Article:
Author: Jean-Claude Muller, 穆卓Executive Editor at BtoBioInnovation email@example.com
SPECIAL REPORT #4
Immuno-Oncology in Adjuvant/Neoadjuvant Settings
According to a Crédit Suisse analysis, the adjuvant immuno-oncology (I-O) market could reach $29 billion in peak sales.
The study considers the various I-O therapies intended to reduce the risk of relapse in patients and analyses eight cancer types: neoadjuvant lung cancer, oesophageal, gastric and liver cancer, muscle-invasive bladder, renal cell carcinoma (RCC), head and neck cancers as well as breast cancers. Most breast cancer patients are diagnosed early, which means more eligible patients for neoadjuvant and adjuvant treatment, in sharp contrast with lung cancer patients.
The Crédit Suisse team lead by Vamil Divan, M.D., predicts than Bristol-Myers Squibb’s PD-1 inhibitor Opdivo could become the front runner in the adjuvant I-O market with peak sales reaching $9.6 billion, followed by Roche’s PD-L1 inhibitor, Tecentriq with a potential sales of $7.0 billion, Merck’s PD-1 inhibitor Keytruda with adjuvant sales expected at $6 billion and AstraZeneca’s own PD-L1 inhibitor, Imfinzi with projected sales of $4.1 billion in this setting. These forecasts are surprising given the fact that, except for breast cancer, there are only sporadic positive results for other tumors. “There are more than 30 late stage studies ongoing in various tumor types, but results [in the I-O adjuvant settings] are still missing. Results must be good enough to create new therapy standards and to balance drug toxicity, quite important in adjuvant treatment” according to Bruno Pagliara, Principal at On-Kòs Pharma.
Divan’s team makes a very interesting analysis in stating that “while there is still much room for I-O growth in the metastatic market for the foreseeable future, in the long run, adjuvant therapy could “cannibalize” the metastatic market. The expanded use of I-O drugs in the adjuvant setting could lead to a substantial reduction in relapse rates thus shrinking the metastatic market over time. For instance, patients who failed in an I-O adjuvant setting may not be eligible for a I-O metastatic treatment.”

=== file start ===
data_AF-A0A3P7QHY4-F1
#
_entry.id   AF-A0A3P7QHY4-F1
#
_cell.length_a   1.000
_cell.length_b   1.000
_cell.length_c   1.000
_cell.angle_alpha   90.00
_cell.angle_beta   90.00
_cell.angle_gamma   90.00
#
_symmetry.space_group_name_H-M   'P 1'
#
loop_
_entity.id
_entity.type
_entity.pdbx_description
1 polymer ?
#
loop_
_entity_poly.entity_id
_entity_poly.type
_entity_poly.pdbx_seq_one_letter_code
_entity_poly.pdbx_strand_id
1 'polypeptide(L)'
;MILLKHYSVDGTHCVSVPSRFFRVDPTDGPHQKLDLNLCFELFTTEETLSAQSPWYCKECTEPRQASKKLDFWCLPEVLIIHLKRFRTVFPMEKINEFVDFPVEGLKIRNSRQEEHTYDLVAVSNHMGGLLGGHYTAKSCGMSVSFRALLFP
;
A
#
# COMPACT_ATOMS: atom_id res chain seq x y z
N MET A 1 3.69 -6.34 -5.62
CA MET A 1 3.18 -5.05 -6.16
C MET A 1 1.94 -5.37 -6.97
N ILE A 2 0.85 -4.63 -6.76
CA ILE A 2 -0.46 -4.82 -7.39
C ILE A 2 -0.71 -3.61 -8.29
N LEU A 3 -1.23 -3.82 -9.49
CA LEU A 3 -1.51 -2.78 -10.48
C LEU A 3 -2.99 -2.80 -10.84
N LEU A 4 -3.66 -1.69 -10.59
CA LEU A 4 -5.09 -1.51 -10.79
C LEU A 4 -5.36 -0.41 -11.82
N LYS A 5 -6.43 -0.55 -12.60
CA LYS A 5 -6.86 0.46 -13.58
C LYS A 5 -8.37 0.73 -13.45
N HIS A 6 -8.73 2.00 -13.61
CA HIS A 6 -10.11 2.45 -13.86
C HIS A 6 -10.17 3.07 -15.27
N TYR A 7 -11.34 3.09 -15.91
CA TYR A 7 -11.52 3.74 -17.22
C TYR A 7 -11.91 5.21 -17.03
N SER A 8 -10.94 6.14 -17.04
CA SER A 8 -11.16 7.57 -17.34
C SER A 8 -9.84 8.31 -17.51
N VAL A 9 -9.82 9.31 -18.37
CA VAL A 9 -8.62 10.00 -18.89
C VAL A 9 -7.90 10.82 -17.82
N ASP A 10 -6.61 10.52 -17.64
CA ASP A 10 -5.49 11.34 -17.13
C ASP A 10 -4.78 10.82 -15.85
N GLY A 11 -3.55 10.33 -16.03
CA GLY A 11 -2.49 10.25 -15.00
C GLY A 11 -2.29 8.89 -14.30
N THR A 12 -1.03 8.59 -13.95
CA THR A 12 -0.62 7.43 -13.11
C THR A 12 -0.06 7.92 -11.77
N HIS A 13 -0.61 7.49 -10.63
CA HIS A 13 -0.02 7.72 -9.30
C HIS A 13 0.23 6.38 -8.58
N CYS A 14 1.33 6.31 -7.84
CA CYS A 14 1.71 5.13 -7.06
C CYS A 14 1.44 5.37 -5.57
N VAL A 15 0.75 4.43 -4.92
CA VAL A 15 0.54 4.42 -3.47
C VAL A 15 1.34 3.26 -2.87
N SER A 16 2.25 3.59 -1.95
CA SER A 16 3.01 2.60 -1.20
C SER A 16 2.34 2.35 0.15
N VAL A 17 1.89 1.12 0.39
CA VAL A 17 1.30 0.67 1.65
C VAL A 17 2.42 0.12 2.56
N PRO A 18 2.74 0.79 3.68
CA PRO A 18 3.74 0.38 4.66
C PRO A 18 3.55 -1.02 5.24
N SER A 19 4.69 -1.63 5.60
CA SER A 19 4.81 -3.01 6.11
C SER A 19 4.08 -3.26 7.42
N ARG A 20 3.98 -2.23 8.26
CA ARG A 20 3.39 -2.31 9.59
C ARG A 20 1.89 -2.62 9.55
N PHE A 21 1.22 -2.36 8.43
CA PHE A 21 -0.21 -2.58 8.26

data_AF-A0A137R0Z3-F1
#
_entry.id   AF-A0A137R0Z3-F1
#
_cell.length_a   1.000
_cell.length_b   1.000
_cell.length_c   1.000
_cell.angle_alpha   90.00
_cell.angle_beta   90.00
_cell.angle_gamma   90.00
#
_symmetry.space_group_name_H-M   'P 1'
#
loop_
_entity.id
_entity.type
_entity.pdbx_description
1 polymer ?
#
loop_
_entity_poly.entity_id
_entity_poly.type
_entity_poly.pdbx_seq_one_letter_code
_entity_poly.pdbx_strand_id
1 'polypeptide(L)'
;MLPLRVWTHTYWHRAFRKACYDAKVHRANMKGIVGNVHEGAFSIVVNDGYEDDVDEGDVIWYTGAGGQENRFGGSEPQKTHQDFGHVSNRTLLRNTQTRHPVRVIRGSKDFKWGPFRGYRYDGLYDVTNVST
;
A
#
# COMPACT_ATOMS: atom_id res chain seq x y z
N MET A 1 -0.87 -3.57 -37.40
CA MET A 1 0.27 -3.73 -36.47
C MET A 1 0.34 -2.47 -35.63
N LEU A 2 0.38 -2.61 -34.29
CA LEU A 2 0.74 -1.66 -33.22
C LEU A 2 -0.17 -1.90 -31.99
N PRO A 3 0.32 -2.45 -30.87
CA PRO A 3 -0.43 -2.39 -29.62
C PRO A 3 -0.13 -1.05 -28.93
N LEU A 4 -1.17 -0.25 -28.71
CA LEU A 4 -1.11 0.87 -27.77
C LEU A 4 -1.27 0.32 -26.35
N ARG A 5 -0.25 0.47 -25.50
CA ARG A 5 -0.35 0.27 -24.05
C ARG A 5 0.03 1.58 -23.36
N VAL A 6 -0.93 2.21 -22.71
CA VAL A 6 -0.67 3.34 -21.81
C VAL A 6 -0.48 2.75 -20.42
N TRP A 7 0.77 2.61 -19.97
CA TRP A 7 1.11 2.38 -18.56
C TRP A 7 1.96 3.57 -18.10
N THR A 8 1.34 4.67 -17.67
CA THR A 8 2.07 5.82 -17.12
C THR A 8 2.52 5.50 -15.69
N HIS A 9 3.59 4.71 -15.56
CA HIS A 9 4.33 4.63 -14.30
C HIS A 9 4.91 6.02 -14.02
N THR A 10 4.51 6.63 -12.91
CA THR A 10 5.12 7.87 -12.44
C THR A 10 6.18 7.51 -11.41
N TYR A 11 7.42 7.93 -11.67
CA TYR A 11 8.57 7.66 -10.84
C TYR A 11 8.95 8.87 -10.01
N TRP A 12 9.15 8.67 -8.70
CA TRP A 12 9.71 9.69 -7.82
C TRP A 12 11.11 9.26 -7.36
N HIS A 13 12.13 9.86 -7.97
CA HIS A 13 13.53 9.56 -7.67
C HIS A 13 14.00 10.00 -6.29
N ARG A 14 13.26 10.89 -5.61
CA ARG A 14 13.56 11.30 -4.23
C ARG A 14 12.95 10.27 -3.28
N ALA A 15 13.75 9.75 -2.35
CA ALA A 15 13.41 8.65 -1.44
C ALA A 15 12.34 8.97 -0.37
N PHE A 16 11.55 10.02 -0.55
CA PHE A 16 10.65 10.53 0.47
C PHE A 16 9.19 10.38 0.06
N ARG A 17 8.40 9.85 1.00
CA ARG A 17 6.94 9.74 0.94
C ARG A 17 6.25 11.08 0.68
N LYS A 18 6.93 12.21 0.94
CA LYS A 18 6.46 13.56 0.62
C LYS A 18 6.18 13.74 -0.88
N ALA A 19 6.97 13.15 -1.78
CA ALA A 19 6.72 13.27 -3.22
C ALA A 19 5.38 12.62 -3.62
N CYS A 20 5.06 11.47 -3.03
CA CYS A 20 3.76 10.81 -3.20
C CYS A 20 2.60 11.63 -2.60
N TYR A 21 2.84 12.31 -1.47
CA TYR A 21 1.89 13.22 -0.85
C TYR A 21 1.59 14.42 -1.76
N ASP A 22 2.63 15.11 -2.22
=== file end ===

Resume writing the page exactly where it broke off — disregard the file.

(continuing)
Most pharmaceutical companies involved in the development of PD-1, PD-L1 and CTLA-4 products are shifting their current focus from metastatic cancer therapies in the adjuvant, neo-adjuvant, maintenance settings not just because of the fear of “cannibalising” the metastatic market, which is anyway almost fully exploited by the existing and incoming I-O products, but clearly to expand the current market and gain market share for the new comers to the field. And this goes without mentioning the many I-O combinations with a variety of other accessible treatments under clinical investigation in the metastatic as well as the adjuvant settings.
These considerations and previous ones (see special report #3) contribute to explain the rise in oncology approvals over the years. They represented 17% of all New Active Substance (NAS) in the 2004-2008 period, 23% in the 2009-2013 period, 25% in the 2014-2018 period and are expected to reach 30% (between 70 and 90 new entities) of all new launches in the 2019-2023 period according to a recent IQVIA report. Many of these new launches will be labelled as precision medicines with the use of biomarkers to segment and best treat appropriate patients. The direct consequence of this strategy will be a substantial increase of price per patient, while the number of patients treated by each selected therapy will be decreasing. These same considerations underly the impressive forecasts made by the Crédit Suisse team for the I-O market in the adjuvant settings.
The median annual cost for these new medicines has risen to tens or hundreds of thousands of dollars or euros and is expected to be more and more challenged by payors. Biopharmaceutical companies will clearly have to propose alternative outcomes-based payment models which support these high prices.
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